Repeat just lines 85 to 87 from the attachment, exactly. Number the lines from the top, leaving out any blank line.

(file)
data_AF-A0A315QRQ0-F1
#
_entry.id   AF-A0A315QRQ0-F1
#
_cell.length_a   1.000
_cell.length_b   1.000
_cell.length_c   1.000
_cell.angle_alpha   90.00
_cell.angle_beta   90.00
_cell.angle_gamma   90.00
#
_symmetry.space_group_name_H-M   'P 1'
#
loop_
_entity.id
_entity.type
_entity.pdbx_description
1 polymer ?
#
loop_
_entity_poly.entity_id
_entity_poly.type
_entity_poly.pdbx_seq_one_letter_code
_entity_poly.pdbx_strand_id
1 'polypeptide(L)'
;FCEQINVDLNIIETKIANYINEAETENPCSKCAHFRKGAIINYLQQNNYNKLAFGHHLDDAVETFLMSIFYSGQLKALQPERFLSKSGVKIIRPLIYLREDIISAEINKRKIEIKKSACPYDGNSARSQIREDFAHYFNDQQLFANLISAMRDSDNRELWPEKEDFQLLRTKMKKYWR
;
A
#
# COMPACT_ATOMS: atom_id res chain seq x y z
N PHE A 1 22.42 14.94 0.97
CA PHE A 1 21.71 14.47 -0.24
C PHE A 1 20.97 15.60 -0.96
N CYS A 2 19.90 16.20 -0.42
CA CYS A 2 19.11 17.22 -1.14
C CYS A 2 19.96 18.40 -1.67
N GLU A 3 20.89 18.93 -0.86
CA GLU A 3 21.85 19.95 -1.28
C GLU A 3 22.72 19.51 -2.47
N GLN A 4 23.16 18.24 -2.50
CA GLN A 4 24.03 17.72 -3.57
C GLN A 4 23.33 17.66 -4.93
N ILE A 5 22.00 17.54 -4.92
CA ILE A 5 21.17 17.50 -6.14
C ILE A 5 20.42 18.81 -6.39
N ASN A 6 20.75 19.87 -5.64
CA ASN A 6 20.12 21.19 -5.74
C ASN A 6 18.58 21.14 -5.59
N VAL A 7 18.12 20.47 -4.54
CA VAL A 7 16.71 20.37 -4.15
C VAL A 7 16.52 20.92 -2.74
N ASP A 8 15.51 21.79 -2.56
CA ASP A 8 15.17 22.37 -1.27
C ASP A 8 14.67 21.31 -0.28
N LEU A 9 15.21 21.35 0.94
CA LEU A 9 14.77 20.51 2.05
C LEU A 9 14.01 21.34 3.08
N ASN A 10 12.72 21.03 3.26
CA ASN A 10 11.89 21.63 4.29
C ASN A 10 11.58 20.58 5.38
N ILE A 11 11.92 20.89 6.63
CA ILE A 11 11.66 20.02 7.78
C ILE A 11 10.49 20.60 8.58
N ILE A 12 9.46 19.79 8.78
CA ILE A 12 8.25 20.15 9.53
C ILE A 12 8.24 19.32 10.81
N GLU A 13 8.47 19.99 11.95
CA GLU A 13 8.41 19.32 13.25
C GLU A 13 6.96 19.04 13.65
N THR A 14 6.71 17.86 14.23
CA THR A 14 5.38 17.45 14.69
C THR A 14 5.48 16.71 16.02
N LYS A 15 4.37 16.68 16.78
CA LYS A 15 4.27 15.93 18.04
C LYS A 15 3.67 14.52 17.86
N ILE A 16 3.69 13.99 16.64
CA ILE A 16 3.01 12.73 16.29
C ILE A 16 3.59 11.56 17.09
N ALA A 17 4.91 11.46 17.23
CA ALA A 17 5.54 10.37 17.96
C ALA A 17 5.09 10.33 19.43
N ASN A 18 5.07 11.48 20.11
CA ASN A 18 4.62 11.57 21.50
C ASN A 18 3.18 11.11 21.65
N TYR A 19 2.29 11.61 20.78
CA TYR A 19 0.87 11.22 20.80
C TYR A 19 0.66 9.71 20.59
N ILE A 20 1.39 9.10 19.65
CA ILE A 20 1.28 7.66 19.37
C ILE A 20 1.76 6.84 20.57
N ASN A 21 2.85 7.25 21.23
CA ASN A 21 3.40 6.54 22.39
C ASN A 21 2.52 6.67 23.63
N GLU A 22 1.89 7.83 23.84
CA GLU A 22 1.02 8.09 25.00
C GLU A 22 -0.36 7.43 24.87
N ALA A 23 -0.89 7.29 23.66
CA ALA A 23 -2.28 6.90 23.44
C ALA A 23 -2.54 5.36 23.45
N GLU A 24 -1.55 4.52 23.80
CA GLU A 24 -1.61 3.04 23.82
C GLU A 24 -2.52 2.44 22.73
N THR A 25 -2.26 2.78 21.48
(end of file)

N TYR A 19 2.29 11.61 20.78
CA TYR A 19 0.87 11.22 20.80
C TYR A 19 0.66 9.71 20.59